Naval Special Warfare Command cuts ties with SEAL museum over video of dogs attacking man in Colin Kaepernick jersey

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A screenshot from the video in question

A screenshot from the video in question

Naval Special Warfare Command is suspending its support to the National Navy SEAL Museum amid an ongoing investigation into a video that showed military working dogs attacking a man wearing a Colin Kaepernick jersey, a Navy official confirmed to Task & Purpose.

“We will revisit our relationship with the Museum when I am convinced that they have made the necessary changes to ensure this type of behavior does not happen again,” Rear Adm. Collin Green, head of Naval Special Warfare Command, wrote in a Monday email to the force.

James LaPorta of the Associated Press first reported on Tuesday about Green’s decision to halt support to the museum in Florida. 

The video of the dogs attacking a target wearing a Kaepernick jersey was part of a demonstration at the museum that was initially posted on Instagram in January 2019, but on Sunday it began recirculating on Twitter.

Kaepernick started a national movement in 2016 when he decided to kneel during the national anthem before football games in a silent protest of police brutality.

The caption for the video taken at the SEAL museum reads: “Colin Kaepernick stand in Josh gets attacked by 5 Navy SEAL dogs for not standing during the National Anthem at a Navy SEAL Museum fundraiser.”

In his email, Green said the video’s underlying message is “unacceptable.”

“While we have no indications that any NSW personnel, equipment, or animals took part in the demonstration that day this incident reflects upon us,” Green wrote in his email, which was obtained by Task & Purpose. “While the museum is an independent non-profit organization and the participants were contracted employees from outside the DoD, in many ways, these facts are irrelevant. We have been inextricably linked to this organization that represents our history.”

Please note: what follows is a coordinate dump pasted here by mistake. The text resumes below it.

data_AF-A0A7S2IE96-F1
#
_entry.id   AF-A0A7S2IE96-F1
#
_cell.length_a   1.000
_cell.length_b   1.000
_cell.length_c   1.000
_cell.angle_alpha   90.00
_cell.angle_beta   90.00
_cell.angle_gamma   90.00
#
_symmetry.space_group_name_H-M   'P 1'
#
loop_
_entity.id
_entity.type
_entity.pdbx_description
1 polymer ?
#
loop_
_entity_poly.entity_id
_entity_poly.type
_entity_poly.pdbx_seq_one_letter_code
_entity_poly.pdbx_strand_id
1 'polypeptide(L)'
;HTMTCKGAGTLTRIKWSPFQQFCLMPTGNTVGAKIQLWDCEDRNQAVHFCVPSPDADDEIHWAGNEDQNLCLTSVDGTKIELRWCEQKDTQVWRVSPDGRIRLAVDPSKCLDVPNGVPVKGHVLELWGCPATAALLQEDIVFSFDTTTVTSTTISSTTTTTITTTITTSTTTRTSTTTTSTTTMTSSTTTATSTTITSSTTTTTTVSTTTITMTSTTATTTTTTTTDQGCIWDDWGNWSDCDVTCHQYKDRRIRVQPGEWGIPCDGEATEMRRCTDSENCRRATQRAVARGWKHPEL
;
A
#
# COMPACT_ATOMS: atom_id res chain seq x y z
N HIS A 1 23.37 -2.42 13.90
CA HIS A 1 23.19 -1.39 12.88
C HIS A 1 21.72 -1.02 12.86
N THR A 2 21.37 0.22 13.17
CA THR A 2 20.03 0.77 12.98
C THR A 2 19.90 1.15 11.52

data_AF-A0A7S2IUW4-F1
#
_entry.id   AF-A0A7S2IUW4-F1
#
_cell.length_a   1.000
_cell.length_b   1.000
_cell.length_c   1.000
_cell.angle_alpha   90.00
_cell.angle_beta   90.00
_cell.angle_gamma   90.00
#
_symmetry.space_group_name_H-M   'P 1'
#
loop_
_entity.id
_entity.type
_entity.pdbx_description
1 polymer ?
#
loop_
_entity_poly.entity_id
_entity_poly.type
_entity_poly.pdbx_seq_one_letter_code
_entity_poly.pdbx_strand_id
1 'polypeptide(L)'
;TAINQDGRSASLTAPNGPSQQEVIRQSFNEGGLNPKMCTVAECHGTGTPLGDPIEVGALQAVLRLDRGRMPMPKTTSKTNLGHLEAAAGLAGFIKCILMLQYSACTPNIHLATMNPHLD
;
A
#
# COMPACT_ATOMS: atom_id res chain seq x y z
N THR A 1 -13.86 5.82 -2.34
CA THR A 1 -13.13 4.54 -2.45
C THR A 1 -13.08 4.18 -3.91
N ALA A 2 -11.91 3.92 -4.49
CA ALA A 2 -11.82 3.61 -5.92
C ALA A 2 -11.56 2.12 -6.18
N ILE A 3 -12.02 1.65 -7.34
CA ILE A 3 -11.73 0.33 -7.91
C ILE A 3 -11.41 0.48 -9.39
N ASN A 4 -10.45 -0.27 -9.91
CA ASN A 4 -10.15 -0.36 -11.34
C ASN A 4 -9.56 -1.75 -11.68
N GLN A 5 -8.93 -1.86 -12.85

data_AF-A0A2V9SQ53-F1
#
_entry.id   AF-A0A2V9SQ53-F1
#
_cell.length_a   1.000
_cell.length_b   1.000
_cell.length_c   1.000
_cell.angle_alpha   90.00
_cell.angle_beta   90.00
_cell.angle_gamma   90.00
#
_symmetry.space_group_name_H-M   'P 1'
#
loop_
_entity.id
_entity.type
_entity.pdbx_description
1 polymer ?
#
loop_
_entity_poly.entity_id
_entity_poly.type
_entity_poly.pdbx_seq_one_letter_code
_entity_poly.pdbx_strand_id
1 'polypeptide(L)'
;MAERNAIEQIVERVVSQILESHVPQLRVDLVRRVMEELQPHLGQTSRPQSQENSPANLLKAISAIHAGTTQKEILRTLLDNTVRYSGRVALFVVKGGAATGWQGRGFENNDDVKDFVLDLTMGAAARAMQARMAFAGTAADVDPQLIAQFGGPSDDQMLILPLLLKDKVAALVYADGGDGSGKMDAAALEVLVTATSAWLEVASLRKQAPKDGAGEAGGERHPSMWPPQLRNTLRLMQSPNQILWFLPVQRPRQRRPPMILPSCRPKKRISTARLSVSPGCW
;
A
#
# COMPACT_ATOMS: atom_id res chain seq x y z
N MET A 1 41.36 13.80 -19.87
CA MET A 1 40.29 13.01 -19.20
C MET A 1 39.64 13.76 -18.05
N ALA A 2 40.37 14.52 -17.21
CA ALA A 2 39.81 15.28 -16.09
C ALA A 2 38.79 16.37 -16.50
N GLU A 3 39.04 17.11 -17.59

The Defense Department and individual military branches have launched new efforts to combat bias within the ranks since the death of George Floyd, an unarmed Black man, at the hands of Minneapolis police officers in May and the ensuing protests against police brutality and racial injustice

Defense Secretary Mark Esper announced in July that the military was eliminating official photographs from the military promotions process and he had ordered the services to review their grooming and hairstyle regulations for racial bias. 

“Each and every one of us serves to protect our fellow Americans – ALL Americans,” Green wrote in his email. “Even the perception that our commitment to serve the men and women of this nation is applied unevenly is destructive. We may not have contributed to the misperception in this case, but we suffer from it and will not allow it to continue.”

“We own our relationship with the American people and we must honor it,” he continued. “We also own our relationship with each other, and our fellow teammates will all receive the dignity and respect they deserve.”

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